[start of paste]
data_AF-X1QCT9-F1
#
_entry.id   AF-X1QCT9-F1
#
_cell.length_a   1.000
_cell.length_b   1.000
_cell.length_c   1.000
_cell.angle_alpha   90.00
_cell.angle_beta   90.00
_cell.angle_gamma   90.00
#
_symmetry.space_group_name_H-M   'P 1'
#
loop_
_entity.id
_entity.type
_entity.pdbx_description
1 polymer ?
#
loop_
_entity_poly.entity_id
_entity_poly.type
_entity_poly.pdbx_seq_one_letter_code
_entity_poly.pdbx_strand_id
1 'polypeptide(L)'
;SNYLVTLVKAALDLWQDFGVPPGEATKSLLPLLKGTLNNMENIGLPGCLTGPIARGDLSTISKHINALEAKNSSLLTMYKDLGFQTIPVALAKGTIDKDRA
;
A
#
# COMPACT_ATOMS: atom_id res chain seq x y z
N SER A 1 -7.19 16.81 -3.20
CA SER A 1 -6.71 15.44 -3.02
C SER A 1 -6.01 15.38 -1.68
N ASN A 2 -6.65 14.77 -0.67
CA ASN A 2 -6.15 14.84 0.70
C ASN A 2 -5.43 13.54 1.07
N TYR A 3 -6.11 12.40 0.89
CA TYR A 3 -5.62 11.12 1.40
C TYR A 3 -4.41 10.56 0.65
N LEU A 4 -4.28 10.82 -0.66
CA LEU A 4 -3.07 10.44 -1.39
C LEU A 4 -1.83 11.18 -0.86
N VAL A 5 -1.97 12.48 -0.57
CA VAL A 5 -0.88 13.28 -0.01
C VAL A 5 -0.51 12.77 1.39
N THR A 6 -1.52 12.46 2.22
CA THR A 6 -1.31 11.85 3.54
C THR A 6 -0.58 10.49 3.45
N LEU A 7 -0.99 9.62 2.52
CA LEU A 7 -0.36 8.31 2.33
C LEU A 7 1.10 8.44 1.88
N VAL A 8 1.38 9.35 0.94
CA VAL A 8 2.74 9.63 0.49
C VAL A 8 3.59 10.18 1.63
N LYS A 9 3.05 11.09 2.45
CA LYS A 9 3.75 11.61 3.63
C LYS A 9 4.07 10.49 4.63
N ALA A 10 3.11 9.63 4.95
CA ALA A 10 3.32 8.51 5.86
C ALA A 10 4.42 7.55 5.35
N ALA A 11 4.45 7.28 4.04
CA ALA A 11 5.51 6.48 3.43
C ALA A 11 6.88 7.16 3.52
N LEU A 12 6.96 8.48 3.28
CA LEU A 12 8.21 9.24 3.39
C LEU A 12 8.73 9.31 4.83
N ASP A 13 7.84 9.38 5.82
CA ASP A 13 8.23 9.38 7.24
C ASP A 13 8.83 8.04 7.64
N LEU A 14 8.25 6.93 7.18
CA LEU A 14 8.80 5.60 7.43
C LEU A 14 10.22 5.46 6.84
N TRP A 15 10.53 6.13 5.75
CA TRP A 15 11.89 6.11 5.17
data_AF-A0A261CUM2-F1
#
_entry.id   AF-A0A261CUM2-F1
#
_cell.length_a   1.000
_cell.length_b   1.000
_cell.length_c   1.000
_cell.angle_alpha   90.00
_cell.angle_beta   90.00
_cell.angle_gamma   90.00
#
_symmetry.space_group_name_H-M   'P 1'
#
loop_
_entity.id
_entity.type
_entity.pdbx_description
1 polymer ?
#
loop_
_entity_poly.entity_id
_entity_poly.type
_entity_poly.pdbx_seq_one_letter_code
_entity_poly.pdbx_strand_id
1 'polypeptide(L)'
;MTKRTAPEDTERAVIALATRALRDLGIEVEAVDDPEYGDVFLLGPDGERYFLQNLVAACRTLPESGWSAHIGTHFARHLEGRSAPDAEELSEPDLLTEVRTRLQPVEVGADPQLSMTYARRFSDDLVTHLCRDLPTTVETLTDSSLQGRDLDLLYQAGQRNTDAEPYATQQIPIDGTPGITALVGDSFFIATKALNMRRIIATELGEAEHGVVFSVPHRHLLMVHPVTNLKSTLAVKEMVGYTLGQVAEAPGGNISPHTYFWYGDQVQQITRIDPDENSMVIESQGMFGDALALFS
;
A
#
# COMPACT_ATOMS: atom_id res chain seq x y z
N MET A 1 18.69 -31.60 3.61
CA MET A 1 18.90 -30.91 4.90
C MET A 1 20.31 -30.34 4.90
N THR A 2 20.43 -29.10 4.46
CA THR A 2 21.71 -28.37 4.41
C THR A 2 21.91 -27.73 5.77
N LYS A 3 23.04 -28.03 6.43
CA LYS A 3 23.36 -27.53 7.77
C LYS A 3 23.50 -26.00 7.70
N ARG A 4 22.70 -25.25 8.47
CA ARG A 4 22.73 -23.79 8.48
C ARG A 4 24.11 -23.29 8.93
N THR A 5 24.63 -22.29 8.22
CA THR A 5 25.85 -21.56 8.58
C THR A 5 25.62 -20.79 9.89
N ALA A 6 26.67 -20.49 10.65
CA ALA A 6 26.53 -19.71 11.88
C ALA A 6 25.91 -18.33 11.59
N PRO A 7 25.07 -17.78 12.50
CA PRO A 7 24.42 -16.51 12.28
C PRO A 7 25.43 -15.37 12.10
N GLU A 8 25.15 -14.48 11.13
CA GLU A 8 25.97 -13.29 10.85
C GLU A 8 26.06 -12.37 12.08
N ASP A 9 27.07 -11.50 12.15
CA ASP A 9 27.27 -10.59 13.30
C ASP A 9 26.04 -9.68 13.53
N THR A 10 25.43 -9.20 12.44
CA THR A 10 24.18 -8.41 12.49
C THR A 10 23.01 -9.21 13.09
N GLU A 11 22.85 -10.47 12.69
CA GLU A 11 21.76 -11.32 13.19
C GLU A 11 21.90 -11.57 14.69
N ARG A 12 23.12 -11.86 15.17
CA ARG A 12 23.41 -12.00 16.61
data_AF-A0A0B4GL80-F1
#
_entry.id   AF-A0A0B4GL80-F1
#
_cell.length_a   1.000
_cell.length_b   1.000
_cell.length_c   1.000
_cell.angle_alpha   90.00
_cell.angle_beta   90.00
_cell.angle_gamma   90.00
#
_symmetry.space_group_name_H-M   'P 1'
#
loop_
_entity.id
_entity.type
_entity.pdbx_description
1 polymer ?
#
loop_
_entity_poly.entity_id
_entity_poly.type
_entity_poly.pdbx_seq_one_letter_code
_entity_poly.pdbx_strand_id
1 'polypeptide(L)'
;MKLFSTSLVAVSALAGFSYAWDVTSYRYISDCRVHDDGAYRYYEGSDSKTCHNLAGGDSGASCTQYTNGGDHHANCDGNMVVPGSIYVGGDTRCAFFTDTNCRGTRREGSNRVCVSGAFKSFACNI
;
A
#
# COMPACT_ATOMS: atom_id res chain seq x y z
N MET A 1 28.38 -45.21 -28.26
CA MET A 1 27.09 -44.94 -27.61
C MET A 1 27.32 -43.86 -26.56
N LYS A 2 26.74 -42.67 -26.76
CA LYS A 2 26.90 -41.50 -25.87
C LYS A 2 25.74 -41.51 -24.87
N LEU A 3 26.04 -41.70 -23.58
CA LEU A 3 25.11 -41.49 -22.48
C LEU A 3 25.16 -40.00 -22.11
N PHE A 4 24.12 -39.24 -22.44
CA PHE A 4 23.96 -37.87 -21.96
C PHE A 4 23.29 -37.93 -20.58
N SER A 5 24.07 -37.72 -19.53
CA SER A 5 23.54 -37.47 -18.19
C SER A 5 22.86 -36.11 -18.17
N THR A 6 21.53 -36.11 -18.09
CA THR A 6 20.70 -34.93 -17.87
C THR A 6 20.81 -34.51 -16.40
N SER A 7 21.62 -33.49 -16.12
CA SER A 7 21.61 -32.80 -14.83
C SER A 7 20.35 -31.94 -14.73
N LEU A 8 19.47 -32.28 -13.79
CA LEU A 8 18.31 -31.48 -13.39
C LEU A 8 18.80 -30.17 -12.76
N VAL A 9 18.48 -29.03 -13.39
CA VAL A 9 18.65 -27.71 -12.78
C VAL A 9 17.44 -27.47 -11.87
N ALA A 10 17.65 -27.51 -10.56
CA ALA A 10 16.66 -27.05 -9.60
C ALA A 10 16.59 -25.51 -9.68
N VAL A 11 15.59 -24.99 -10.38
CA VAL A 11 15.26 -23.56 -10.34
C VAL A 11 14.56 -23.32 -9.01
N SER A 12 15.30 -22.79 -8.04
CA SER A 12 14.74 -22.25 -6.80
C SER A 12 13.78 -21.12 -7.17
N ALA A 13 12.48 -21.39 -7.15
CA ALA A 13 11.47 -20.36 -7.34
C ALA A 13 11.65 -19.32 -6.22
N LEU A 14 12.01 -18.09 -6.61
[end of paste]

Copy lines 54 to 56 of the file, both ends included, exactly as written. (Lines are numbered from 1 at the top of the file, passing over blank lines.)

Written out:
C VAL A 8 3.59 10.18 1.63
N LYS A 9 3.05 11.09 2.45
CA LYS A 9 3.75 11.61 3.63